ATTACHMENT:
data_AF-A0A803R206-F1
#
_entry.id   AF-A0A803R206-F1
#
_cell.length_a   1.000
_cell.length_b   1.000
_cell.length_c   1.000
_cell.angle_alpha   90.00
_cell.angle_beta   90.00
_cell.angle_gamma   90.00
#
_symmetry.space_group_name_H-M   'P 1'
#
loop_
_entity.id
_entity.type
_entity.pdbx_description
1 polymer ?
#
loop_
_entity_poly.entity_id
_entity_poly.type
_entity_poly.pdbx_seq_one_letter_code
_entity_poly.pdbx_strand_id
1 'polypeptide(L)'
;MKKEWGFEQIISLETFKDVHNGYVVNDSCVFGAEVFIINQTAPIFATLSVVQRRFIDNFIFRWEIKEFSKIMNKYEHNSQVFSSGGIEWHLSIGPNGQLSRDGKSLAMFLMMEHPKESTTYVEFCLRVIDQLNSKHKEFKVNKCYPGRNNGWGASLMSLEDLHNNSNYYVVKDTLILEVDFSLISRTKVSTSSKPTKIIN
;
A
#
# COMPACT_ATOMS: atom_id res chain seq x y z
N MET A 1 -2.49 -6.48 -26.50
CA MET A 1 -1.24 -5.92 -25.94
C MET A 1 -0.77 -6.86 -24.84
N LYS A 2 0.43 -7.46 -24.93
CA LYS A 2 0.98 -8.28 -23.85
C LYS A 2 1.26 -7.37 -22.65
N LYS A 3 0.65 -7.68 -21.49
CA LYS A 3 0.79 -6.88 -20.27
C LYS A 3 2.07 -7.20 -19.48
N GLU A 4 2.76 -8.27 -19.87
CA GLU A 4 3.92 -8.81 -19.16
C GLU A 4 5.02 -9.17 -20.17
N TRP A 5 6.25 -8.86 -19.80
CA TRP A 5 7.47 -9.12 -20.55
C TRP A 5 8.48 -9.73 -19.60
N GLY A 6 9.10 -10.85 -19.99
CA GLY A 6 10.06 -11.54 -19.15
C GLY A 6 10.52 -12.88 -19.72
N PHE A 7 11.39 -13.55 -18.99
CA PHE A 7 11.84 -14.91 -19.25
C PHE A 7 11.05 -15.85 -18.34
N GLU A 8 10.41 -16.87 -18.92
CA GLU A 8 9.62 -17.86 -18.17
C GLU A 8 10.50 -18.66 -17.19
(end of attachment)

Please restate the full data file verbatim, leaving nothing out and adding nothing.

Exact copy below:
data_AF-A0A803R206-F1
#
_entry.id   AF-A0A803R206-F1
#
_cell.length_a   1.000
_cell.length_b   1.000
_cell.length_c   1.000
_cell.angle_alpha   90.00
_cell.angle_beta   90.00
_cell.angle_gamma   90.00
#
_symmetry.space_group_name_H-M   'P 1'
#
loop_
_entity.id
_entity.type
_entity.pdbx_description
1 polymer ?
#
loop_
_entity_poly.entity_id
_entity_poly.type
_entity_poly.pdbx_seq_one_letter_code
_entity_poly.pdbx_strand_id
1 'polypeptide(L)'
;MKKEWGFEQIISLETFKDVHNGYVVNDSCVFGAEVFIINQTAPIFATLSVVQRRFIDNFIFRWEIKEFSKIMNKYEHNSQVFSSGGIEWHLSIGPNGQLSRDGKSLAMFLMMEHPKESTTYVEFCLRVIDQLNSKHKEFKVNKCYPGRNNGWGASLMSLEDLHNNSNYYVVKDTLILEVDFSLISRTKVSTSSKPTKIIN
;
A
#
# COMPACT_ATOMS: atom_id res chain seq x y z
N MET A 1 -2.49 -6.48 -26.50
CA MET A 1 -1.24 -5.92 -25.94
C MET A 1 -0.77 -6.86 -24.84
N LYS A 2 0.43 -7.46 -24.93
CA LYS A 2 0.98 -8.28 -23.85
C LYS A 2 1.26 -7.37 -22.65
N LYS A 3 0.65 -7.68 -21.49
CA LYS A 3 0.79 -6.88 -20.27
C LYS A 3 2.07 -7.20 -19.48
N GLU A 4 2.76 -8.27 -19.87
CA GLU A 4 3.92 -8.81 -19.16
C GLU A 4 5.02 -9.17 -20.17
N TRP A 5 6.25 -8.86 -19.80
CA TRP A 5 7.47 -9.12 -20.55
C TRP A 5 8.48 -9.73 -19.60
N GLY A 6 9.10 -10.85 -19.99
CA GLY A 6 10.06 -11.54 -19.15
C GLY A 6 10.52 -12.88 -19.72
N PHE A 7 11.39 -13.55 -18.99
CA PHE A 7 11.84 -14.91 -19.25
C PHE A 7 11.05 -15.85 -18.34
N GLU A 8 10.41 -16.87 -18.92
CA GLU A 8 9.62 -17.86 -18.17
C GLU A 8 10.50 -18.66 -17.19